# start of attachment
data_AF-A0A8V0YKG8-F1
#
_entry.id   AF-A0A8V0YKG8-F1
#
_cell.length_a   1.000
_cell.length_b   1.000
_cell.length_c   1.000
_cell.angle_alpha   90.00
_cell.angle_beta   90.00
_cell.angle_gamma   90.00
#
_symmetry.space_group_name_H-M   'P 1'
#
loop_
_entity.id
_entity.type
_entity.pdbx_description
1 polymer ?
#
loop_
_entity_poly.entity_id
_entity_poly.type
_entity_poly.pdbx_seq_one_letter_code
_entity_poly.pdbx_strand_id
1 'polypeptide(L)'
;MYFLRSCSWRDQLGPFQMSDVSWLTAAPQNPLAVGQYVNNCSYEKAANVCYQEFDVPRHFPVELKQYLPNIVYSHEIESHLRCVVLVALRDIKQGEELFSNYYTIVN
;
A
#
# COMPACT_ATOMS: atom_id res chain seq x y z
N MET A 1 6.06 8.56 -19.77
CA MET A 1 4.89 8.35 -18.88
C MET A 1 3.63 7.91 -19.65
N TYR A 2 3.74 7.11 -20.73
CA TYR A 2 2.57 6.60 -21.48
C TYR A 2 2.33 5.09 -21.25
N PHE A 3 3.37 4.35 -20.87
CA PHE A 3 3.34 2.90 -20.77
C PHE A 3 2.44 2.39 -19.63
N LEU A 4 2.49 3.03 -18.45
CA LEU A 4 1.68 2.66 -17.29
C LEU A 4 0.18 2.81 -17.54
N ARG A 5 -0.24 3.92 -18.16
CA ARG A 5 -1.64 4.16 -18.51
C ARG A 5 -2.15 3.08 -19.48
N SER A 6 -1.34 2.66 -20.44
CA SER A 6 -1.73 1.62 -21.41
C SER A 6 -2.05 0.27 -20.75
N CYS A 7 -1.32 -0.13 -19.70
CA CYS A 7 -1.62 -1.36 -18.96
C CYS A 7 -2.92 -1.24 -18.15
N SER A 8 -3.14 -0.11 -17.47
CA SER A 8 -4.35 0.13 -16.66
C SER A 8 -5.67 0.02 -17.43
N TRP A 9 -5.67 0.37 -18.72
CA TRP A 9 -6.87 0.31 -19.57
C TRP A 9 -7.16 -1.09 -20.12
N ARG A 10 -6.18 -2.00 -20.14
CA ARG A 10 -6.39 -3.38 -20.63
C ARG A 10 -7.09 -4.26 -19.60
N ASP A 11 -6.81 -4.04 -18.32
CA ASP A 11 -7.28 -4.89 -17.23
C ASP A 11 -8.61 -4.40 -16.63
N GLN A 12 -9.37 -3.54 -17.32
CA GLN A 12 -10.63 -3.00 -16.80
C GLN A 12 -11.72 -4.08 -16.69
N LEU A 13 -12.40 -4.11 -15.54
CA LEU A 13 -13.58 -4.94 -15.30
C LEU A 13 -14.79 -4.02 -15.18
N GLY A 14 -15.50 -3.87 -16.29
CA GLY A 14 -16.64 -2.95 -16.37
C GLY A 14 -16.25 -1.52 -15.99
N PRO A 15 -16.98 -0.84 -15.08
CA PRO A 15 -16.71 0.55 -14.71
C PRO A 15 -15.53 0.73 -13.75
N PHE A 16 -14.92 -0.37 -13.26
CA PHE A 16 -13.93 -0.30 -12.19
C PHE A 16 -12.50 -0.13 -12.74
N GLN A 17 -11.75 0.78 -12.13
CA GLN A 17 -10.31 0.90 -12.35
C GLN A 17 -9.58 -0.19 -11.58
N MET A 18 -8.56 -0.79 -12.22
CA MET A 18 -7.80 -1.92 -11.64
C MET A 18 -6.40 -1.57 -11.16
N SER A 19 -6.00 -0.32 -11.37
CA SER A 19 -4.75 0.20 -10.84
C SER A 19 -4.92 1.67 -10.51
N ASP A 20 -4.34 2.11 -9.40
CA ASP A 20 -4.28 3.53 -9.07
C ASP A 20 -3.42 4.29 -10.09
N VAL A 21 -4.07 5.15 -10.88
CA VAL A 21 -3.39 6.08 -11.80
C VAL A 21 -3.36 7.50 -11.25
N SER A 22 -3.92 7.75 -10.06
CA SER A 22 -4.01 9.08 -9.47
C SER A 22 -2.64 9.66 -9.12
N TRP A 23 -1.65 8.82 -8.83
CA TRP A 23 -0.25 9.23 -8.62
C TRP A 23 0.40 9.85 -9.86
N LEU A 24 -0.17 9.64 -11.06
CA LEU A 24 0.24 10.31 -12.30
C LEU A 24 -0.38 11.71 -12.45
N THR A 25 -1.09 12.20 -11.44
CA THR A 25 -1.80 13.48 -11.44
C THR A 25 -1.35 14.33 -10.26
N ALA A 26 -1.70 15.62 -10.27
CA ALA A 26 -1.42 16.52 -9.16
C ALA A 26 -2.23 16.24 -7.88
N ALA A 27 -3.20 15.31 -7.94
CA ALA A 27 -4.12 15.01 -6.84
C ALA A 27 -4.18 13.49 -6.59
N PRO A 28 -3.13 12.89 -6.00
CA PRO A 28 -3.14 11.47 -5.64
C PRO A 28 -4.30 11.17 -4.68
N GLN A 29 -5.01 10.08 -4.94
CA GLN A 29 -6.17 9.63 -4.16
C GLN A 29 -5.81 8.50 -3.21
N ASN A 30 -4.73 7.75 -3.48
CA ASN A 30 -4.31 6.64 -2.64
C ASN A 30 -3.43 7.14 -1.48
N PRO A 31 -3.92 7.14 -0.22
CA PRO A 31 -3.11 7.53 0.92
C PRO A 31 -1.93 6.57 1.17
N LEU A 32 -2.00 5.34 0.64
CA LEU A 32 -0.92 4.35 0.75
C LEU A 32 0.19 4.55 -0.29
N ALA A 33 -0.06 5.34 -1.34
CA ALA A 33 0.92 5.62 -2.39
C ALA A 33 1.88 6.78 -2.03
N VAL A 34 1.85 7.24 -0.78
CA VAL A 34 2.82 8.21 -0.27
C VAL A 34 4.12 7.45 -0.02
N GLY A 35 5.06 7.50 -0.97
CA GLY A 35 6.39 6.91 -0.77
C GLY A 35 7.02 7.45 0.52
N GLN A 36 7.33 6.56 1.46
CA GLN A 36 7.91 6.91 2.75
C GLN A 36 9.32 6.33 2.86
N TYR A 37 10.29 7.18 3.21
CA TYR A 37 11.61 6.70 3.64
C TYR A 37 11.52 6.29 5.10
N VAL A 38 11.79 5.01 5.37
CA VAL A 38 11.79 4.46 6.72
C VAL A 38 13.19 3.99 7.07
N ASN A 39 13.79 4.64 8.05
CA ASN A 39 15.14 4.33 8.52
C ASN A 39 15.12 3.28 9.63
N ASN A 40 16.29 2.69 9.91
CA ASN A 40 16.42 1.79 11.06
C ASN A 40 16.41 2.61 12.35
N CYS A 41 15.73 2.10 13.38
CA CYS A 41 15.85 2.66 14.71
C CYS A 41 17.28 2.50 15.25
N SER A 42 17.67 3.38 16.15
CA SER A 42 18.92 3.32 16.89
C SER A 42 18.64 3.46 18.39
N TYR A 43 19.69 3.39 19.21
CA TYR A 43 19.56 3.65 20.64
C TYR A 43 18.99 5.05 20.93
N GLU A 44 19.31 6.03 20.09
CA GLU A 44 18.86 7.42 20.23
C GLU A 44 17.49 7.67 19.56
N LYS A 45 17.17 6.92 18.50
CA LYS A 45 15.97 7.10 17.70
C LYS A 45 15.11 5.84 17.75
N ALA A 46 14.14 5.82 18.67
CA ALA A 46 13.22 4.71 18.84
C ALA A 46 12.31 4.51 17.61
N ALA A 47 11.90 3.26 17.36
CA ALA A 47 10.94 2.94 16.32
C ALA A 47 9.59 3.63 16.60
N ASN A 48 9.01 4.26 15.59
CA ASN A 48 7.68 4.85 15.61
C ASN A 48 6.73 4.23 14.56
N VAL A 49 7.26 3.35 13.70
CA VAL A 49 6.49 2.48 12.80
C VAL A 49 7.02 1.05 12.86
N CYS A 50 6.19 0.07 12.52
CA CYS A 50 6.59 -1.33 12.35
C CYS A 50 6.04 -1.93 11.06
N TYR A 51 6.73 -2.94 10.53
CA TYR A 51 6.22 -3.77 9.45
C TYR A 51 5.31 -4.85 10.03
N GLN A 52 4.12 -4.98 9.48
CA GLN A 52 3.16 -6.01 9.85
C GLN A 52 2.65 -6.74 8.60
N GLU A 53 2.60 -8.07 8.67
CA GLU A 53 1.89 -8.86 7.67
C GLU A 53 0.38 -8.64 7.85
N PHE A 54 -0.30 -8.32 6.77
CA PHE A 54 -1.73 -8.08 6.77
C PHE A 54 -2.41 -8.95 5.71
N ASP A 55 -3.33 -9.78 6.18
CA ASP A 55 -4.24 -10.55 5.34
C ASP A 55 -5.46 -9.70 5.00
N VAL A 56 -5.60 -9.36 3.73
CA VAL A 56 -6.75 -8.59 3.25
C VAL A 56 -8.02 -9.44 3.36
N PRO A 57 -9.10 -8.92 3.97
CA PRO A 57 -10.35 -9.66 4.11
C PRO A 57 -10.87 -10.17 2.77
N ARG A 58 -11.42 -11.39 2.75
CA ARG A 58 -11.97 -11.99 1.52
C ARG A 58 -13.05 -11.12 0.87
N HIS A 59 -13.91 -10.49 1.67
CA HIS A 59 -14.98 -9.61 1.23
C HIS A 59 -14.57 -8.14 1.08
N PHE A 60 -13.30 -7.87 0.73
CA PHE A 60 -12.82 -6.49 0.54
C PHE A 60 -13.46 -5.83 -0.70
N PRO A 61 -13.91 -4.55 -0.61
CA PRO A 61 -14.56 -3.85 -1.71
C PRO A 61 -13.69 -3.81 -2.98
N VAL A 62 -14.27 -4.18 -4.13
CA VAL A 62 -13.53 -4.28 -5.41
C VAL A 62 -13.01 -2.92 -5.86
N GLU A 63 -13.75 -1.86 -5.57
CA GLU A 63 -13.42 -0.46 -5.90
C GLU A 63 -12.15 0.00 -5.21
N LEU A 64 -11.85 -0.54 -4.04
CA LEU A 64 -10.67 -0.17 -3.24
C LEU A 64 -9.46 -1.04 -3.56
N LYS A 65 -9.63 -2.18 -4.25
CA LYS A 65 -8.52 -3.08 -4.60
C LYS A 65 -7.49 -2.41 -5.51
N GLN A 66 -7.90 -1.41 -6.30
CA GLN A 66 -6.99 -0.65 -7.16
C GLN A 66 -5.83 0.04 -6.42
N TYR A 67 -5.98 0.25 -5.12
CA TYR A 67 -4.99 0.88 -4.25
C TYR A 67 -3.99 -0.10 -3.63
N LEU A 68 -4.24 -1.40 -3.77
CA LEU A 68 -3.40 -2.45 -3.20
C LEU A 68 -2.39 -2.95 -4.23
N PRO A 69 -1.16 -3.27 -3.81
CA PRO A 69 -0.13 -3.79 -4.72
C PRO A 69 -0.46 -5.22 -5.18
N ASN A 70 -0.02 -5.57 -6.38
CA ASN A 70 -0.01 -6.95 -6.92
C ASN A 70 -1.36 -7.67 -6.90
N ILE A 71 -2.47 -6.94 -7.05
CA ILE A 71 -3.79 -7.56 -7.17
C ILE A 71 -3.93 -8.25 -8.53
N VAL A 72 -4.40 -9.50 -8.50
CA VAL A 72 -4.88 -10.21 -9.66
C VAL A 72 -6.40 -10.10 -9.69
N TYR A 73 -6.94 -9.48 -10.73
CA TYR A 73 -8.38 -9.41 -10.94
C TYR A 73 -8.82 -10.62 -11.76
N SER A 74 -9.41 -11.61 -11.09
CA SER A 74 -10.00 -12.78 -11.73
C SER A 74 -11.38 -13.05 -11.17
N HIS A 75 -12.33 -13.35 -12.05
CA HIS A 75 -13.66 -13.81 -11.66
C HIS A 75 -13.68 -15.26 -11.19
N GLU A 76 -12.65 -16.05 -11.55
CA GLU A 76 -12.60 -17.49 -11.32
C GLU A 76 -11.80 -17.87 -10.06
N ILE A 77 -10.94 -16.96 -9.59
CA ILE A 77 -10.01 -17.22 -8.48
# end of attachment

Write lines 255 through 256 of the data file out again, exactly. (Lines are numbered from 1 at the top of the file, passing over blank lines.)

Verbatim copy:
C HIS A 75 -13.68 -15.26 -11.19
N GLU A 76 -12.65 -16.05 -11.55